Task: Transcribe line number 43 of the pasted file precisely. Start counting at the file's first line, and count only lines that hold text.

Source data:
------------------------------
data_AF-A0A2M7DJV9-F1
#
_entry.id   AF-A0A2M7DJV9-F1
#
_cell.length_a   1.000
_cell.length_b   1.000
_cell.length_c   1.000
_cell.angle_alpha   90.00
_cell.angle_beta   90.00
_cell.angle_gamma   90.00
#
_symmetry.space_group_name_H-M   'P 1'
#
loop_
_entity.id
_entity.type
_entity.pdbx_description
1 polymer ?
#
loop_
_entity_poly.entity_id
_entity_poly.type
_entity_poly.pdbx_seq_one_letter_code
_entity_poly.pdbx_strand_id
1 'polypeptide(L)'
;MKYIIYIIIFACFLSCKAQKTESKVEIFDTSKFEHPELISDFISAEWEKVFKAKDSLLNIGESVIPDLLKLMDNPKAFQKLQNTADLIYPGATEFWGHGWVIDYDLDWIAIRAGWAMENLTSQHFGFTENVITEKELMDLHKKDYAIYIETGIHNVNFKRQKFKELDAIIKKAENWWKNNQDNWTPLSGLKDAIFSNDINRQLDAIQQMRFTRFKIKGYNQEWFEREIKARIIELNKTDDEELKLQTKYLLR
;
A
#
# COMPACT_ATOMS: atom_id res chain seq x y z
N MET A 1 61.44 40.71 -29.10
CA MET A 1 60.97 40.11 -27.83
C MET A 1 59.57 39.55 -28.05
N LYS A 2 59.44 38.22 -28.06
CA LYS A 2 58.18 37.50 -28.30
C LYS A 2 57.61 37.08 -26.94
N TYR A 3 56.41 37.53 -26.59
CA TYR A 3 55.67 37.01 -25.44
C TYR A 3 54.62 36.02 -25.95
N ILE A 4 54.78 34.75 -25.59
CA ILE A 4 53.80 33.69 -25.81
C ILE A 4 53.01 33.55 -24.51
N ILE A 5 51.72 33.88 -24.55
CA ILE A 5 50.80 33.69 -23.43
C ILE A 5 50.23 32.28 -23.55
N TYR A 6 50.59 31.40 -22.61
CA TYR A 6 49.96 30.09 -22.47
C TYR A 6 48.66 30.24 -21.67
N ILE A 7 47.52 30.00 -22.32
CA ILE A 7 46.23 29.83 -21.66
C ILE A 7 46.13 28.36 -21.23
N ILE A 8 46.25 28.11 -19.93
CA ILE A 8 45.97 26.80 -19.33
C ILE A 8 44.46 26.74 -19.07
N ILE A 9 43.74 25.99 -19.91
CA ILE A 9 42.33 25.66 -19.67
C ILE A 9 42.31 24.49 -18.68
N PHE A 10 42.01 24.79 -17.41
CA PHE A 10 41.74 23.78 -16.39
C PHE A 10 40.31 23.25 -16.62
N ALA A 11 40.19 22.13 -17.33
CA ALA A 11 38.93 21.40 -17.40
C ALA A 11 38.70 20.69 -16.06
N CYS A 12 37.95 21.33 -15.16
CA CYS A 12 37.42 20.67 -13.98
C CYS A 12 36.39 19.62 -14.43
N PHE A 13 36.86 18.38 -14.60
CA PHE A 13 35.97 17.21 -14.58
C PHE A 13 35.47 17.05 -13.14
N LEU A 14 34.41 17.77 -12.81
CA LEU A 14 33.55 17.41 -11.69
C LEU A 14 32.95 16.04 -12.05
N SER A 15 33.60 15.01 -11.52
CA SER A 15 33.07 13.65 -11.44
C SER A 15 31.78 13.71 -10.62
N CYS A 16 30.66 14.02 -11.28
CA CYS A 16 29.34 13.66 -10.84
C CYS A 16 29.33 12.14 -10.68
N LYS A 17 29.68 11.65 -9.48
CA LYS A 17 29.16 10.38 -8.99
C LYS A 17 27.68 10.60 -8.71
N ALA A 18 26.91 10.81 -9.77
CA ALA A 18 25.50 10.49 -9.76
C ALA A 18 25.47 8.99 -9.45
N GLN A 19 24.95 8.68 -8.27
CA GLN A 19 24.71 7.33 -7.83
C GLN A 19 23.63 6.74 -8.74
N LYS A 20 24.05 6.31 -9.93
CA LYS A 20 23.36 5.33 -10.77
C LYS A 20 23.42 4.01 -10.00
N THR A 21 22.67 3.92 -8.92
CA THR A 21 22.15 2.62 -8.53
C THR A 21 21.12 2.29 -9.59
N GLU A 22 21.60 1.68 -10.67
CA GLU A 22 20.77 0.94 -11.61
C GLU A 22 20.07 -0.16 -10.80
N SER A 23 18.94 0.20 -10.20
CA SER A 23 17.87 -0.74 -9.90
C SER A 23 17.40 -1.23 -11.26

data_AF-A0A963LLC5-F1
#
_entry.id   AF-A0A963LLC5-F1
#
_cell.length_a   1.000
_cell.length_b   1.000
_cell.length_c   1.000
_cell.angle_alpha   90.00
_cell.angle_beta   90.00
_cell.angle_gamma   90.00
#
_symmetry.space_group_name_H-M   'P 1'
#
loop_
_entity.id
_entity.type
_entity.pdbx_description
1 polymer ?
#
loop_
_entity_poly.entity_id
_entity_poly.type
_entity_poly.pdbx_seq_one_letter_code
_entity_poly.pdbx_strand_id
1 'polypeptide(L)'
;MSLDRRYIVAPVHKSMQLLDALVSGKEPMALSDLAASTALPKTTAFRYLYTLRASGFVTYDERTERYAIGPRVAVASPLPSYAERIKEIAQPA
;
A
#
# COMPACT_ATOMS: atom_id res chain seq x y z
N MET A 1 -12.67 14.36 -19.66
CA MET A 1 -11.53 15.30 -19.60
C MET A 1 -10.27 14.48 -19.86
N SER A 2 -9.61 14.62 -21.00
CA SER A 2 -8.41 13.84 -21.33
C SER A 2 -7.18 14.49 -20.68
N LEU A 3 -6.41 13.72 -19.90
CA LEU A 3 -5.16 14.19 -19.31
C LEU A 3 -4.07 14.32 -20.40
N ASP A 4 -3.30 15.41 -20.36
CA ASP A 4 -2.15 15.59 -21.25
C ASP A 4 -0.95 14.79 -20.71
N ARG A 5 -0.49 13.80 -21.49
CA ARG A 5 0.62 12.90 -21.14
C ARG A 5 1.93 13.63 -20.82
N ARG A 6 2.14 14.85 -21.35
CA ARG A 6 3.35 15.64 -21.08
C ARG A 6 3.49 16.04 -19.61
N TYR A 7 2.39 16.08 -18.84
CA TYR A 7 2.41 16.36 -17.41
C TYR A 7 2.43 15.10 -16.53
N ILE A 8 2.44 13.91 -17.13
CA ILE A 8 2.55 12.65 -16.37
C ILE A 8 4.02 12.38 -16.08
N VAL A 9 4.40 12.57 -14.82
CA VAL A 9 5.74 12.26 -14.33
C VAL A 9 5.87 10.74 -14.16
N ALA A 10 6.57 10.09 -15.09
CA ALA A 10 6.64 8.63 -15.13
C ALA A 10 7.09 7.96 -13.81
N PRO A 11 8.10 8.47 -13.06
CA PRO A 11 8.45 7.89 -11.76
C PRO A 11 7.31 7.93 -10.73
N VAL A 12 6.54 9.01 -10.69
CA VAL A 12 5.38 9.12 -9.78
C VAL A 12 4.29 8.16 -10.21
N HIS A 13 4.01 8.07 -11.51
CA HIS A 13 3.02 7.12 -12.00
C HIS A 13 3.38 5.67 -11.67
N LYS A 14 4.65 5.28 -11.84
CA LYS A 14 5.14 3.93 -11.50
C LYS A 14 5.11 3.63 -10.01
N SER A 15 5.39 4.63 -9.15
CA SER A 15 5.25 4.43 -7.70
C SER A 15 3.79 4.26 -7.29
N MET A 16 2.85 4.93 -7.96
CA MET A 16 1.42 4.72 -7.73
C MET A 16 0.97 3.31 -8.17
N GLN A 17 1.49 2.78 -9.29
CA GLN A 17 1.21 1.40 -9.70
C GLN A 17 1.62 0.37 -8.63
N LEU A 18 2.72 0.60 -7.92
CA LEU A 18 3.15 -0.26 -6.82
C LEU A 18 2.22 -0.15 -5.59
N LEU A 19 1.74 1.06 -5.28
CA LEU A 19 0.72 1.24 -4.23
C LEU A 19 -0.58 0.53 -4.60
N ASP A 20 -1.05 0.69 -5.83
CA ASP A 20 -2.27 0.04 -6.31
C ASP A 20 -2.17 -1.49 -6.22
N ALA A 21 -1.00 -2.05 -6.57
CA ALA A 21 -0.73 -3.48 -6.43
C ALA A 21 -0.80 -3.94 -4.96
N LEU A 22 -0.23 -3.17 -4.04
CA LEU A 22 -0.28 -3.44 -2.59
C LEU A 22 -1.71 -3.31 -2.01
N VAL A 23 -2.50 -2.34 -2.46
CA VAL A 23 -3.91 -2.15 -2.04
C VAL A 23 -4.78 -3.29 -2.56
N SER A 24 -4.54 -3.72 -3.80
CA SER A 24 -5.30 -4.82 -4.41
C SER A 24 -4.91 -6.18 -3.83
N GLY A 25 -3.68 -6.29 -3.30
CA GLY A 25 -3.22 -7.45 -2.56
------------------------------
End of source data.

N ILE A 5 51.72 33.88 -24.55